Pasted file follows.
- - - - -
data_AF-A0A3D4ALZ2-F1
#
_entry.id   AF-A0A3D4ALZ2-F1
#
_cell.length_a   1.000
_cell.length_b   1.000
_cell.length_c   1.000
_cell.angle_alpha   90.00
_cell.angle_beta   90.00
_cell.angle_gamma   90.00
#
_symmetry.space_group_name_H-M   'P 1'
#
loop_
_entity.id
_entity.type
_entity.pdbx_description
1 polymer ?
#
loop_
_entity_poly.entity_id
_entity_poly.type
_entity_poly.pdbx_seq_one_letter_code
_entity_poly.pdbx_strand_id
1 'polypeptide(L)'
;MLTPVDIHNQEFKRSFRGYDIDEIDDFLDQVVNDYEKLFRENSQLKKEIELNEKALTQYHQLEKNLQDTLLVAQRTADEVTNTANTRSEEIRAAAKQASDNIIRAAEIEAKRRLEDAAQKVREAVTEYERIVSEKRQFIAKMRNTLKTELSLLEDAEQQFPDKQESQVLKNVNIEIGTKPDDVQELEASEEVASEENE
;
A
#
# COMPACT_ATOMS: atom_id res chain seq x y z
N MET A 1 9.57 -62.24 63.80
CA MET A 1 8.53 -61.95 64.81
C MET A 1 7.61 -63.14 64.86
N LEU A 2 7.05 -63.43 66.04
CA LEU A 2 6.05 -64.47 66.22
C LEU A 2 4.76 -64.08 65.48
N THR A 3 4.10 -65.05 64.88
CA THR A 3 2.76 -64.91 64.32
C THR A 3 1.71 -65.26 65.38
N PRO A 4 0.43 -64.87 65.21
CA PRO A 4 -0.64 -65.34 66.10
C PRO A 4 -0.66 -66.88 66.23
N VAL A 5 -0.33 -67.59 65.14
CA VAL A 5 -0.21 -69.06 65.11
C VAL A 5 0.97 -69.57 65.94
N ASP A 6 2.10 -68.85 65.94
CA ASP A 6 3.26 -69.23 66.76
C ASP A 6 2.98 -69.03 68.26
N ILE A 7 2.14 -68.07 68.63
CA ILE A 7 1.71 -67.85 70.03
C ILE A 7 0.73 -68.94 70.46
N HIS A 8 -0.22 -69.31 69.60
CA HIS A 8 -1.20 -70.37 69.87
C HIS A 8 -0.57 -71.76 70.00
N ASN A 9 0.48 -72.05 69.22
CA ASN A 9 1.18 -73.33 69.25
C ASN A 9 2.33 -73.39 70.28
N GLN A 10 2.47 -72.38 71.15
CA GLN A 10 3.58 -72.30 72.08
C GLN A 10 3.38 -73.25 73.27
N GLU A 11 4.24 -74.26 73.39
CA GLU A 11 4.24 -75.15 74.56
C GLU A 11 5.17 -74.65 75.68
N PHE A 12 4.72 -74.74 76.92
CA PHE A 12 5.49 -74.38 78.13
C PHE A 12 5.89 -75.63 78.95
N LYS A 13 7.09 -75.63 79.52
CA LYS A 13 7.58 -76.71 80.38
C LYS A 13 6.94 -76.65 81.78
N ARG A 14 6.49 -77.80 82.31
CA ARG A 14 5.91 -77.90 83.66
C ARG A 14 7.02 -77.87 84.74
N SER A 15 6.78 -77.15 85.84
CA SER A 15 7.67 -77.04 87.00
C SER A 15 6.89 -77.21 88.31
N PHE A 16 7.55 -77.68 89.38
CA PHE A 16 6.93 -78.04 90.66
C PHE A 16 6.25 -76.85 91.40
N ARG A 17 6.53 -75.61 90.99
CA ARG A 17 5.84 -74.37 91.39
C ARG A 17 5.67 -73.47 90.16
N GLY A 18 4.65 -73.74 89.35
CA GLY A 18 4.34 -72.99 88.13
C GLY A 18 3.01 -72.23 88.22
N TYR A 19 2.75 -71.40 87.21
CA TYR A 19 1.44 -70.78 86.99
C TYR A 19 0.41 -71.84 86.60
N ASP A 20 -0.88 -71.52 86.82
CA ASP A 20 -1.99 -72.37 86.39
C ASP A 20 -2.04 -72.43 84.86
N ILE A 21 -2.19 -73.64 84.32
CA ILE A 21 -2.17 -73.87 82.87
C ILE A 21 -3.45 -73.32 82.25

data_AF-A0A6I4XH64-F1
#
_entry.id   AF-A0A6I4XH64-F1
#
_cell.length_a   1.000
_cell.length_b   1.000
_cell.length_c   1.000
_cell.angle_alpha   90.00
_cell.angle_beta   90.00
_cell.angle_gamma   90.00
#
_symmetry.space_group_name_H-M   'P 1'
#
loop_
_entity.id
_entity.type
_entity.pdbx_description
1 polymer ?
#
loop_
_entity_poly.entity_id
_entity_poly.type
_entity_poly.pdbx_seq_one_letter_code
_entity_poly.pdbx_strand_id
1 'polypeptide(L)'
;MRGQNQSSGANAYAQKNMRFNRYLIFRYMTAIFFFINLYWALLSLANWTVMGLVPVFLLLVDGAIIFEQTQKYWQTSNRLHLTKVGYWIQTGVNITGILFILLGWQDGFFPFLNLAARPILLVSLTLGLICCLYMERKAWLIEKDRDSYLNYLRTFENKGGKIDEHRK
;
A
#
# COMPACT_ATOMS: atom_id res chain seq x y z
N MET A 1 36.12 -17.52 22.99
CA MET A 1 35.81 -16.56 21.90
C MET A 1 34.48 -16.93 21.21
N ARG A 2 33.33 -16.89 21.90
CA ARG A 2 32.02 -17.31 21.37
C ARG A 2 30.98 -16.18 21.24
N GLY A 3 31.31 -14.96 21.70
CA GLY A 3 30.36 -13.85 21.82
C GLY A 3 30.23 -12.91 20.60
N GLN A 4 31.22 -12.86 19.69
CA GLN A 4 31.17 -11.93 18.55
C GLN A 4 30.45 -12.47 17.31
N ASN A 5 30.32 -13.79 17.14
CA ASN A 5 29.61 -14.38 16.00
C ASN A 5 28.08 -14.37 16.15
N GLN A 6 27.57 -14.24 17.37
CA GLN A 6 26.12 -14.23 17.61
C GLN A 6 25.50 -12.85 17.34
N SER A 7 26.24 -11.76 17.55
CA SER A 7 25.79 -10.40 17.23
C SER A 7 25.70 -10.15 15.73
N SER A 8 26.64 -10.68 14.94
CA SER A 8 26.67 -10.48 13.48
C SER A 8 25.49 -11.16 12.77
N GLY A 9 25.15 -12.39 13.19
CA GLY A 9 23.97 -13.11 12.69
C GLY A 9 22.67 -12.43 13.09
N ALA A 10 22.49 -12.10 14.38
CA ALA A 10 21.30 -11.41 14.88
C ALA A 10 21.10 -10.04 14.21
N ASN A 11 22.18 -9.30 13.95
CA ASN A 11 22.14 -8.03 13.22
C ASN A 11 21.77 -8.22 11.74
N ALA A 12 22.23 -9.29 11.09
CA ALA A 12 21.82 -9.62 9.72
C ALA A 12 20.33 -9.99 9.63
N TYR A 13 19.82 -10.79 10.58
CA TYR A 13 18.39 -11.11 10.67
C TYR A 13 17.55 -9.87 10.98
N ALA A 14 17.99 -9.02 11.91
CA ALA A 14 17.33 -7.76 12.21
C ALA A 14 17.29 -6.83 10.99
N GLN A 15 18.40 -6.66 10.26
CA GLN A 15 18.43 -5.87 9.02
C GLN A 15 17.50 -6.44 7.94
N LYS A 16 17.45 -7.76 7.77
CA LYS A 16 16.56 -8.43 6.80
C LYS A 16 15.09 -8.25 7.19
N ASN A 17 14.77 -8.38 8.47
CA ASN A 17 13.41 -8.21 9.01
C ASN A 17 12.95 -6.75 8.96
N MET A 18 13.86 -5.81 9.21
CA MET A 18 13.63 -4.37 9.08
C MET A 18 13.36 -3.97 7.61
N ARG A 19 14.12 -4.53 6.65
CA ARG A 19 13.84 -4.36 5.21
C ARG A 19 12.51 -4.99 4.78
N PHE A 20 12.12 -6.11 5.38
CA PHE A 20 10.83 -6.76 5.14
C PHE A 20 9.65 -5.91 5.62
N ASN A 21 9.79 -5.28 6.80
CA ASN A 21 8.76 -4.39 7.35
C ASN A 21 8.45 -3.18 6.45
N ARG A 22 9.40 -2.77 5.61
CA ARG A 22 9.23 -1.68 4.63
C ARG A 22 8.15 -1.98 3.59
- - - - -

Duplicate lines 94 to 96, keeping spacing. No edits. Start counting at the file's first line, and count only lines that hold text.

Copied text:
data_AF-A0A6I4XH64-F1
#
_entry.id   AF-A0A6I4XH64-F1